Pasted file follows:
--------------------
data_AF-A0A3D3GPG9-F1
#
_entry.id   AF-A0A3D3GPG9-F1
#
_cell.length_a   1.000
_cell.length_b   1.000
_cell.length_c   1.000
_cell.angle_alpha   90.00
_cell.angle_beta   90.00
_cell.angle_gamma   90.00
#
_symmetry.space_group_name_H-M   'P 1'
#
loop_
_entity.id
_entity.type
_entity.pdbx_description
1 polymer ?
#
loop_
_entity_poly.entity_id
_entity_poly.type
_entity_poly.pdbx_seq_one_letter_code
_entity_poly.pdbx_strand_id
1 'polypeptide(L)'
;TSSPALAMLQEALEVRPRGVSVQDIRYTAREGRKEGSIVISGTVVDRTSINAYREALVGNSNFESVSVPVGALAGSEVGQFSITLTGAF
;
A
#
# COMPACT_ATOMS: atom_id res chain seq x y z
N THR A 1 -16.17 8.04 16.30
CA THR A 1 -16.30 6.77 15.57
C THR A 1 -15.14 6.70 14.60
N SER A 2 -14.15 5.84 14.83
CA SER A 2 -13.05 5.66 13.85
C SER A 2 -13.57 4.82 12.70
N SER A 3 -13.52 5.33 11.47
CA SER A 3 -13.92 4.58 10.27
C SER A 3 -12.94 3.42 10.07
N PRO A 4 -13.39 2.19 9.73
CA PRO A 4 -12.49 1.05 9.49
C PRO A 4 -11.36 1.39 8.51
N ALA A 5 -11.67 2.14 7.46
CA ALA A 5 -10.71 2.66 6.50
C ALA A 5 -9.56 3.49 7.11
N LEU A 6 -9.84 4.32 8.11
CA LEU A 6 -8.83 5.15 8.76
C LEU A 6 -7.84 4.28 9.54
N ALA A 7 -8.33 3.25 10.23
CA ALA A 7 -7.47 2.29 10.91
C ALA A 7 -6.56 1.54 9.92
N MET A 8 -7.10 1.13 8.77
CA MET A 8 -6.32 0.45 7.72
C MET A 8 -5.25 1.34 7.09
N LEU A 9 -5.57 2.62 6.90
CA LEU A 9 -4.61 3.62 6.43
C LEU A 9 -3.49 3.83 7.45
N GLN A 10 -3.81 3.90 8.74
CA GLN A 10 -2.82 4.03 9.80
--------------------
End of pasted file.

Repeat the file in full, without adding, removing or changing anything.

data_AF-A0A3D3GPG9-F1
#
_entry.id   AF-A0A3D3GPG9-F1
#
_cell.length_a   1.000
_cell.length_b   1.000
_cell.length_c   1.000
_cell.angle_alpha   90.00
_cell.angle_beta   90.00
_cell.angle_gamma   90.00
#
_symmetry.space_group_name_H-M   'P 1'
#
loop_
_entity.id
_entity.type
_entity.pdbx_description
1 polymer ?
#
loop_
_entity_poly.entity_id
_entity_poly.type
_entity_poly.pdbx_seq_one_letter_code
_entity_poly.pdbx_strand_id
1 'polypeptide(L)'
;TSSPALAMLQEALEVRPRGVSVQDIRYTAREGRKEGSIVISGTVVDRTSINAYREALVGNSNFESVSVPVGALAGSEVGQFSITLTGAF
;
A
#
# COMPACT_ATOMS: atom_id res chain seq x y z
N THR A 1 -16.17 8.04 16.30
CA THR A 1 -16.30 6.77 15.57
C THR A 1 -15.14 6.70 14.60
N SER A 2 -14.15 5.84 14.83
CA SER A 2 -13.05 5.66 13.85
C SER A 2 -13.57 4.82 12.70
N SER A 3 -13.52 5.33 11.47
CA SER A 3 -13.92 4.58 10.27
C SER A 3 -12.94 3.42 10.07
N PRO A 4 -13.39 2.19 9.73
CA PRO A 4 -12.49 1.05 9.49
C PRO A 4 -11.36 1.39 8.51
N ALA A 5 -11.67 2.14 7.46
CA ALA A 5 -10.71 2.66 6.50
C ALA A 5 -9.56 3.49 7.11
N LEU A 6 -9.84 4.32 8.11
CA LEU A 6 -8.83 5.15 8.76
C LEU A 6 -7.84 4.28 9.54
N ALA A 7 -8.33 3.25 10.23
CA ALA A 7 -7.47 2.29 10.91
C ALA A 7 -6.56 1.54 9.92
N MET A 8 -7.10 1.13 8.77
CA MET A 8 -6.32 0.45 7.72
C MET A 8 -5.25 1.34 7.09
N LEU A 9 -5.57 2.62 6.90
CA LEU A 9 -4.61 3.62 6.43
C LEU A 9 -3.49 3.83 7.45
N GLN A 10 -3.81 3.90 8.74
CA GLN A 10 -2.82 4.03 9.80